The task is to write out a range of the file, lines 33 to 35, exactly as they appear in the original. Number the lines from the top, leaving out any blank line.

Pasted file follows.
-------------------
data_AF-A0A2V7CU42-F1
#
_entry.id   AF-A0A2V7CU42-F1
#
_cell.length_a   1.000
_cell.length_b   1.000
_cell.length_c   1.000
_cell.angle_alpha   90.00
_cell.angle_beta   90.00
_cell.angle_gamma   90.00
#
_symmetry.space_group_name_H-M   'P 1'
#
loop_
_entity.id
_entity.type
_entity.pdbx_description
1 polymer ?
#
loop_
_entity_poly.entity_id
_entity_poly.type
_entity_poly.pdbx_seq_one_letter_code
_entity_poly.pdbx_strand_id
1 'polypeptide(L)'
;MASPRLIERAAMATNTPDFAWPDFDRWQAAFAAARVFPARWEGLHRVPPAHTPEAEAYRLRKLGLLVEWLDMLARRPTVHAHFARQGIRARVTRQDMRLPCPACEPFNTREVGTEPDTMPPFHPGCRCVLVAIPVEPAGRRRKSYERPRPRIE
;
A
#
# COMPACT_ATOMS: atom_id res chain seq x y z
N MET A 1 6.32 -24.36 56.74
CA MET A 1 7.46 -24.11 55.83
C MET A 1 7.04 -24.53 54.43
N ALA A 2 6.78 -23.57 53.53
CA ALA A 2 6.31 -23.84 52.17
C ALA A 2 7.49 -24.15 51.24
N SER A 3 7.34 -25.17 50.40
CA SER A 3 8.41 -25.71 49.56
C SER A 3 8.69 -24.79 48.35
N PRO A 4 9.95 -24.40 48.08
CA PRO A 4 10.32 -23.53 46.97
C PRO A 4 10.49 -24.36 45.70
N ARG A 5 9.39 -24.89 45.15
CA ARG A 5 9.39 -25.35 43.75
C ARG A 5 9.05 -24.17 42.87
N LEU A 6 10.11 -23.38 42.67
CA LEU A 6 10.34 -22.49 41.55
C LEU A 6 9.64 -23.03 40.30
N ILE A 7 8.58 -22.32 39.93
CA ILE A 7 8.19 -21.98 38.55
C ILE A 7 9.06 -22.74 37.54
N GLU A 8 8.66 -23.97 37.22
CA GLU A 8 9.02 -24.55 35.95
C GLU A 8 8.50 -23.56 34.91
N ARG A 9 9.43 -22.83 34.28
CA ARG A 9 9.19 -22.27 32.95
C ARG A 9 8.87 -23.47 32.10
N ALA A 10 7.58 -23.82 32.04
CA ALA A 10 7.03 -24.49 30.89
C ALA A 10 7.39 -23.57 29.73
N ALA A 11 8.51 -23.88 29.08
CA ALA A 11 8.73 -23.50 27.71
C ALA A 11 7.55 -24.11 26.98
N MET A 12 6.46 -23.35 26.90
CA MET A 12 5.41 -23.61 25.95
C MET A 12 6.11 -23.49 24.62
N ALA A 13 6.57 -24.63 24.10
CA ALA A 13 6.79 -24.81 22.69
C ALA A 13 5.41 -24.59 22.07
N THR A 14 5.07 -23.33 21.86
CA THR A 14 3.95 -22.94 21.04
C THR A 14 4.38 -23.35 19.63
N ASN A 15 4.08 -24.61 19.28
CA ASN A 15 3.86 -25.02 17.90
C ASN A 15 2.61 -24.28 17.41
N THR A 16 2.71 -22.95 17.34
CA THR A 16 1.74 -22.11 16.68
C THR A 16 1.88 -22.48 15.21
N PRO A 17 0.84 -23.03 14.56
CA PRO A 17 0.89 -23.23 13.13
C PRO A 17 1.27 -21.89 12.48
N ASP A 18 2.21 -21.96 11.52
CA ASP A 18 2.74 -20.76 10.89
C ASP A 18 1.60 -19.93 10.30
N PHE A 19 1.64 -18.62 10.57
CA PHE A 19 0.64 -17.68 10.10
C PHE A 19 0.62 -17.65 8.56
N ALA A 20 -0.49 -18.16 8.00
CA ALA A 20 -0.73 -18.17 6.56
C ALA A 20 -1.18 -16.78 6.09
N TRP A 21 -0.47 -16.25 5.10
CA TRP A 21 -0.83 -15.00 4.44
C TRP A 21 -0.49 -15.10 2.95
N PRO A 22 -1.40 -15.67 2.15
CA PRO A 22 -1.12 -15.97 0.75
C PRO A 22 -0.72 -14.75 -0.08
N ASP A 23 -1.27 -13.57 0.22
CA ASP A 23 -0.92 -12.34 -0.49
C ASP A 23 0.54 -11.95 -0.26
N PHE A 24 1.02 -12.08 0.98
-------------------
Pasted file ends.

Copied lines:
C MET A 1 7.04 -24.53 54.43
N ALA A 2 6.78 -23.57 53.53
CA ALA A 2 6.31 -23.84 52.17